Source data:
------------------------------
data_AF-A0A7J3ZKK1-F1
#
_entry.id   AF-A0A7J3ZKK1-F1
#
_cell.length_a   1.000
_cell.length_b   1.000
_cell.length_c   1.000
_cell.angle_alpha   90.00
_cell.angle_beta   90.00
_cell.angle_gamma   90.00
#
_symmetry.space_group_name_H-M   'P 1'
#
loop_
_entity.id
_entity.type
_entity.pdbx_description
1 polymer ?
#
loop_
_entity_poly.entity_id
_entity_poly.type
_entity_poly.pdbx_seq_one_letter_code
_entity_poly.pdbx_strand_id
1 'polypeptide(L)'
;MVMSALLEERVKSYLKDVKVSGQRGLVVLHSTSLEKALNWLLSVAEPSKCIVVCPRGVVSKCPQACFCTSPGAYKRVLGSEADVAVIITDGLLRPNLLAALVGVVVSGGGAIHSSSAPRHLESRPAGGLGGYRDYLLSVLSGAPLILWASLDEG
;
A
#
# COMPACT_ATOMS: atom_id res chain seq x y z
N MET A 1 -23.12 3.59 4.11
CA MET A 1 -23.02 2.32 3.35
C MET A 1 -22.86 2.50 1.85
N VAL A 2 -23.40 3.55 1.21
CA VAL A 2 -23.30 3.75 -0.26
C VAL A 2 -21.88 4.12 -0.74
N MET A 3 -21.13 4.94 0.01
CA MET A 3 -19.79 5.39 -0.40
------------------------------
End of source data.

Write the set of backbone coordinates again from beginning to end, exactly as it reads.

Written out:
data_AF-A0A7J3ZKK1-F1
#
_entry.id   AF-A0A7J3ZKK1-F1
#
_cell.length_a   1.000
_cell.length_b   1.000
_cell.length_c   1.000
_cell.angle_alpha   90.00
_cell.angle_beta   90.00
_cell.angle_gamma   90.00
#
_symmetry.space_group_name_H-M   'P 1'
#
loop_
_entity.id
_entity.type
_entity.pdbx_description
1 polymer ?
#
loop_
_entity_poly.entity_id
_entity_poly.type
_entity_poly.pdbx_seq_one_letter_code
_entity_poly.pdbx_strand_id
1 'polypeptide(L)'
;MVMSALLEERVKSYLKDVKVSGQRGLVVLHSTSLEKALNWLLSVAEPSKCIVVCPRGVVSKCPQACFCTSPGAYKRVLGSEADVAVIITDGLLRPNLLAALVGVVVSGGGAIHSSSAPRHLESRPAGGLGGYRDYLLSVLSGAPLILWASLDEG
;
A
#
# COMPACT_ATOMS: atom_id res chain seq x y z
N MET A 1 -23.12 3.59 4.11
CA MET A 1 -23.02 2.32 3.35
C MET A 1 -22.86 2.50 1.85
N VAL A 2 -23.40 3.55 1.21
CA VAL A 2 -23.30 3.75 -0.26
C VAL A 2 -21.88 4.12 -0.74
N MET A 3 -21.13 4.94 0.01
CA MET A 3 -19.79 5.39 -0.40